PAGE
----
A: There is a difference between sonship (being saved) and discipleship (following the Lord). The fact is that not every Christian is a disciple. When Peter sinned he did not lose his sonship, but he did fall away from his discipleship. For this reason Christ repeats His call.

Application: It’s not enough for the backslidden to simply acknowledge the issue of sin; recommitment to living a changed life exclusively according to His Word and ways is required. Yes, they must see and acknowledge sin, but they must follow up with forsaking all others for Christ alone.

Q: What is Jesus referring to in v.18-19?

A: We know from the fact that Peter was ultimately crucified on a cross that Jesus is confronting Peter with the issue of the cross.

Q: Why is this particularly powerful where Peter is concerned?

A: First, it indicates that one day he, too, would be crucified. But secondly you may recall that it was Peter who at one time tried to keep Christ form the cross. (Mt. 16:21-28)

Application: Everyone has to resolve, once and for all, the issue of the cross in their life, both in the Person and work of Christ, and in the requirement to “take up your cross and follow Me”.

Q: What is the mistake Peter is in danger of making in this passage?

A: The mistake of taking his eyes off the Lord and instead looking at others, in this case John.

Application: If we’re to follow Christ we must keep our eyes fixed on Him alone, and to follow and obey Him exclusively. It’s called “personal faithfulness”. It’s none of our business how Christ leads His other workers; our business is limited to our own personal faithfulness to His calling for our life.

Therefore, since we have so great a cloud of witnesses surrounding us, let us also lay aside every encumbrance and the sin which so easily entangles us, and let us run with endurance the race that is set before us, fixing our eyes on Jesus, the author and perfecter of faith, who for the joy set before Him endured the cross, despising the shame, and has sat down at the right hand of the throne of God.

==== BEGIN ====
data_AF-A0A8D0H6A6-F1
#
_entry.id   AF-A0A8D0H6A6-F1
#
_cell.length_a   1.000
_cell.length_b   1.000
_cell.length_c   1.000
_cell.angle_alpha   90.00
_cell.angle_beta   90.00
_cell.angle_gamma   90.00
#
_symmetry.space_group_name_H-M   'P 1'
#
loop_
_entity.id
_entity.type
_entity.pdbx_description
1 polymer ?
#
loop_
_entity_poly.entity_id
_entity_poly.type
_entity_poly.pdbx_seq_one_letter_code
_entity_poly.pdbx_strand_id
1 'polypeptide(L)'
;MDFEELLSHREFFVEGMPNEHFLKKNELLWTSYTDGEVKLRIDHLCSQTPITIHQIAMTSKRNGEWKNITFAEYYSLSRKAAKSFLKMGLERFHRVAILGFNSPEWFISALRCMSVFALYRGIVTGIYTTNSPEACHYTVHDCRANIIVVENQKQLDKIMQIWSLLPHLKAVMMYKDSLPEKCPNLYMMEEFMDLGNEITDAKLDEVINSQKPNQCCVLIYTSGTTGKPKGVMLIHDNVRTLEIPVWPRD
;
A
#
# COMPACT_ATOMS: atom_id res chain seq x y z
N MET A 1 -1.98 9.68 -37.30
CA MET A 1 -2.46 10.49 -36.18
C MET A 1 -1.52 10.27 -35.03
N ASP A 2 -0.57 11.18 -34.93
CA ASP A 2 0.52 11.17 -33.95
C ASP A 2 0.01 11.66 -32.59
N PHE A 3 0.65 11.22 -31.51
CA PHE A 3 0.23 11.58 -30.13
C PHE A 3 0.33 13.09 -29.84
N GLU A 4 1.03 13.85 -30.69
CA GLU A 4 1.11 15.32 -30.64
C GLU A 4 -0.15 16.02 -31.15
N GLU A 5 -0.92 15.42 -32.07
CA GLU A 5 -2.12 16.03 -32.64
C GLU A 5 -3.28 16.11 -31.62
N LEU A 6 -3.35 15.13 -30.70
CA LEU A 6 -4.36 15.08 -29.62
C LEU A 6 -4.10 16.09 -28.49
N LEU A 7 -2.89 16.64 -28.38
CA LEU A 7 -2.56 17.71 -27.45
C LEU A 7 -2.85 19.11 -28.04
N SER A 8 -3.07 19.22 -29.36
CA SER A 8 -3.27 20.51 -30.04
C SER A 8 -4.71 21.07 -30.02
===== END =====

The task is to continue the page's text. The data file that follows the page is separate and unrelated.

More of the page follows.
— Hebrews 12: 1-2

Q: How does all of this relate to Peter’s reappearance in Scripture in Acts 1?

A: If Peter had not met Christ here, had not confessed his sin, and not reaffirmed his love and rededicated his life, we would never have read about him again. But God was able to use Peter later (and mightily) because Peter made things right again with the Lord.

Application: Christ uses and blesses those who obey and follow Him. Everything in one’s past can be forgiven and restored to being fruitful for the kingdom


In the first section, v.1-3, we have a picture of what can be called “a night of defeat”. It is followed in v.4-17 by what can be called “a morning of decision” and, ultimately in v.18-25, “a day of dedication”. Ultimately this final lesson in the Gospel of John is in reality the very most important lesson of what we’re to do until Christ’s return. If we truly grasped the importance of this teaching, we would conduct far fewer seminars on biblical prophecy and more fervently press for the restoration and discipleship of those who may have attained “sonship” but are falling short of achieving “discipleship”.